Joining Janka, who is the former development director of MCASB and current executive director of the Carolyn Glasoe Bailey Foundation, in leading the rebirth of the organization is another ex-MCASB employee, exhibition designer Arturo Heredia Soto (current lead exhibition designer at UCSB’s AD&A Museum, and cofounder of LUM Art Magazine), as well as LUM Art Magazine editor and cofounder Debra Herrick (current UCSB Associate Editorial Director) and Lila Glasoe Francese (president of the Carolyn Glasoe Bailey Foundation and CEO of OHI Home).

In an exclusive interview with Janka and Herrick, they shared that they have secured initial seed funding and have developed an interim exhibition program for the reopening of the MCASB. They are envisioning a new future with an eye on “finding that beautiful balance between the local, regional, and the national and even international contemporary art,” said Janka. “I think we really want to underscore the regional importance of the institution being THE contemporary art space between L.A. and the Bay Area.”

ing local art. In addition to exhibitions, “there’s also an aspect of supporting local artists through exposure to other relevant artists coming to  the region … and that all contributes to an ecosystem of discovery and critical thinking around art. I think it is really important to keep in mind when we’re talking about how we cultivate a thriving local arts community, it’s not just about keeping it insular, but also about bringing in global, regional, even theoretical or highly philosophical work,” said Herrick.

“Bringing in these currents that are flowing around us, and really kind of crystallizing them so that we can be a catalyst for greater critical thinking in contemporary art, and what that brings to our culture at large which is huge,” said Herrick. “MCA has always served as a place for risk taking, discovery, critical thinking, centering different voices. … That is definitely front of mind for us.”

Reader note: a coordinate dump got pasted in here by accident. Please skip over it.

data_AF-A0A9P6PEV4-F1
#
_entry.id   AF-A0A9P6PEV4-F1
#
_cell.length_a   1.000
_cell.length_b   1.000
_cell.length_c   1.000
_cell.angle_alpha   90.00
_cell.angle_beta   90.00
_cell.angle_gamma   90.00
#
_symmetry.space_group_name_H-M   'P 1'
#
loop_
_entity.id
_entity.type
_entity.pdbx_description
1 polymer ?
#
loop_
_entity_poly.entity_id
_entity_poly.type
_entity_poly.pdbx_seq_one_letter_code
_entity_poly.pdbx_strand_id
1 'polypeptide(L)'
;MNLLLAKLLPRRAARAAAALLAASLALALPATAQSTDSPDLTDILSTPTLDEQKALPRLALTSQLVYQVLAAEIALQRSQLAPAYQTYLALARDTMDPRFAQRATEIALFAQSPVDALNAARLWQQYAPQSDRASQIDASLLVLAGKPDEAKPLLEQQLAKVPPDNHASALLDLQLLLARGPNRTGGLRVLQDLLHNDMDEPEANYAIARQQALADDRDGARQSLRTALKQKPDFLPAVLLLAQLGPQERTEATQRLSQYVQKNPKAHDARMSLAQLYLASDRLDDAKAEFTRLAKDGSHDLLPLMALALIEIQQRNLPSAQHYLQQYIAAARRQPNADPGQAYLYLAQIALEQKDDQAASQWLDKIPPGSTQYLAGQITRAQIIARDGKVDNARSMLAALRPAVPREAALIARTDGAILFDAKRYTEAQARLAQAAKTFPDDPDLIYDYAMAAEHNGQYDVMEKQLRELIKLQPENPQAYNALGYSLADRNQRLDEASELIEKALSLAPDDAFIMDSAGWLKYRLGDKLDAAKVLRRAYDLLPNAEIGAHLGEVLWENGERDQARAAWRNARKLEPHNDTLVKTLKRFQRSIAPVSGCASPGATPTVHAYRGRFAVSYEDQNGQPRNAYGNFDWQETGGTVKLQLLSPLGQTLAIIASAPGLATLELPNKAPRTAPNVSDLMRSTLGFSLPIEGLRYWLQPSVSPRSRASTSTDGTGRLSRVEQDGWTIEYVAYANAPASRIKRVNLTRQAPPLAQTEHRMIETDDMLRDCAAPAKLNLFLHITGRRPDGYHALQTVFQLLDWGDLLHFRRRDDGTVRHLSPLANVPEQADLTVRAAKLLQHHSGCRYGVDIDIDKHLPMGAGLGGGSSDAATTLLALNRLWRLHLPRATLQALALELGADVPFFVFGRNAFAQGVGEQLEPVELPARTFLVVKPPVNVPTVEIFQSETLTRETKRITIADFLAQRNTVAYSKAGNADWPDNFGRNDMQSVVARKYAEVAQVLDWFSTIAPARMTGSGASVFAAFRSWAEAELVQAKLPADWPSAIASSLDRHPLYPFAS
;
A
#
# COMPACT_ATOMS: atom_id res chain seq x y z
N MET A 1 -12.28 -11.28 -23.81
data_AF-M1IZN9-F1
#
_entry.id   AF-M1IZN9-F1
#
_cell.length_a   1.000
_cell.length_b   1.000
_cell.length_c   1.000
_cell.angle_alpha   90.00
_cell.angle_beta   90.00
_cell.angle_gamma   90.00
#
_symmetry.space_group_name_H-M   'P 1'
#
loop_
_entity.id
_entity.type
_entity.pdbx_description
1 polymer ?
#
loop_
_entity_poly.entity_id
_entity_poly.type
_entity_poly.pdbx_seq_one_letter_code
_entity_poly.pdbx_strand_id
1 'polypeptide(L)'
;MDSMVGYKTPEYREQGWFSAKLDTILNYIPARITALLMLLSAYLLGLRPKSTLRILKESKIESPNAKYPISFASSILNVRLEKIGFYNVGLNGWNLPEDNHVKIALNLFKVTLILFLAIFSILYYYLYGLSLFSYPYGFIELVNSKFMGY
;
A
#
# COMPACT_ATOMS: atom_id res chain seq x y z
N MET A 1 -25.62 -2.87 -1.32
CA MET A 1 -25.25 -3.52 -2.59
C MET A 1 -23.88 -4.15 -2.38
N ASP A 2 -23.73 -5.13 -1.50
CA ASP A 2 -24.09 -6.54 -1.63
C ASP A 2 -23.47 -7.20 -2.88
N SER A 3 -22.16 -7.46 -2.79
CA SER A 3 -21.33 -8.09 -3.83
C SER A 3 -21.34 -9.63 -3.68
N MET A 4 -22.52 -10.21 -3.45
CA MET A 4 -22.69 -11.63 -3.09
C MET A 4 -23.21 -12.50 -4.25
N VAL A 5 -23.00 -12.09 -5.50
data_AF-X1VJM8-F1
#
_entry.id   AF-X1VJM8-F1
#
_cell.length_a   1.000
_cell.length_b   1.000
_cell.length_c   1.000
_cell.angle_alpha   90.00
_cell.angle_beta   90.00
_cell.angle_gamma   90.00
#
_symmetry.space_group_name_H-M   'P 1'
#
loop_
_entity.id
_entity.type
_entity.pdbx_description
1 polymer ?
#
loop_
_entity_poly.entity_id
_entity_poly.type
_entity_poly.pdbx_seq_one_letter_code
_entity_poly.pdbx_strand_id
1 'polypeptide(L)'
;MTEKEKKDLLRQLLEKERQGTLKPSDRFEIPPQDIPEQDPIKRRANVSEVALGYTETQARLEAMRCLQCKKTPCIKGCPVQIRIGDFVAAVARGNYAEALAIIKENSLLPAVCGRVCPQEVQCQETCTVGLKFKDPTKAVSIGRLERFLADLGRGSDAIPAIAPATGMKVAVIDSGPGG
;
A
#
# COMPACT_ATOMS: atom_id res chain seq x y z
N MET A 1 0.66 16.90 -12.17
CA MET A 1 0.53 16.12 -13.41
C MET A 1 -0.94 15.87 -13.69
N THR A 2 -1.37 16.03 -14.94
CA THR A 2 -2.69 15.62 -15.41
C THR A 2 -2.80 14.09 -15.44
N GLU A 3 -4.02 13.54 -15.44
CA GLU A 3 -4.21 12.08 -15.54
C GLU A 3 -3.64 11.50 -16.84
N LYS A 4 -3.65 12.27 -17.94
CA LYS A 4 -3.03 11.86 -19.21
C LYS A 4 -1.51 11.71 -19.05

A free community open house with art, music and refreshments will be held from noon to 4 p.m., on Sunday, January 22. Kicking off the relaunch is a series of monthly video installations, starting with the West Coast debut of Minneapolis-based Cameron Patricia Downey’s (with collaborators: Ize Commers, M Jamison, Cooper Felien) Hymn of Dust opening at the open house. That will be followed by Cannupa Hanska Luger’s New Myth (Mandan, Hidatsa, Arikara, Lakota), opening February 12, and by Guatemala based Antonio Pichillá Quiacaín’s Tejiendo El Paisaje, opening March 12.

Santa Barbara Symphony presents Planes, Trains & Violins at The Granada Theatre on Saturday, January 21, at 7:30 p.m. and on Sunday, January 22, at 3 p.m. For additional information and tickets, visit ticketing .granadasb.org/16749.

Josef Woodard

For the immediate future, starting January 22, the museum will be run by volunteers, with gallery hours Thursday to Sunday, noon to 4 p.m. each day, until new staff is hired.

The gallery will have a dedicated section spotlight-

In addition, two solo exhibitions are planne: UCSB assistant professor of Art in Computational Craft and Haptic Media Sarah Rosalena Brady opening April 9, and Cameron Patricia Downey opening September 17. Both will be the first institutional solo exhibitions for the artists.

Museum of Contemporary Art Santa Barbara (MCASB) is located upstairs at 653 Paseo Nuevo. See mcasantabarbara.org.

INDEPENDENT.COM JANUARY 12, 2023 THE INDEPENDENT 43
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ARTS LIFE
MCASB will open back up at Paseo Nuevo on January 22. PAUL WELLMAN
(FILE)
S.B. SYMPHONY
S.B. Symphony’s Planes, Trains & Violins is at the Granada January 21-22.
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ASTROLOGY

ARIES

(Mar. 21-Apr. 19): Nigerian author Wole Soyinka reworked the ancient Greek play The Bacchae. In one passage, the god Dionysus criticizes King Pentheus, who is supposedly all-powerful. “You are a man of chains,” Dionysus tells him. “You love chains. You breathe chains, talk chains, eat chains, dream chains, think chains. Your world is bound in manacles.” The bad news, Aries, is that many of us have some resemblances to Pentheus. The good news is that the coming months will be a favorable time to shed at least some of your chains. Have fun liberating yourself! Try to help a few others wriggle free from their chains, too. Doing so will aid your own emancipation.

TAURUS

(Apr. 20-May 20): The coming weeks will be a great time to fill your journal with more intense ruminations than you have for many moons. If you don’t have a journal, think about starting one. Reveal yourself to yourself, Taurus! Make conscious that which has been vague, unnamed, or hiding. Here are assignments to help launch your flood of intimate self-talk. (1) Write passionately about an experience you’ve always wanted to try but have never done. (2) Conduct imaginary interviews with people who rouse strong feelings in you. (3) Describe what deity, superhero, or animal you are and how your special intelligence works. (4) Visualize a dream in which you appear as a bolder, more confident version of yourself. (5) Talk about a time you felt rousingly alive and how you plan to feel that way again.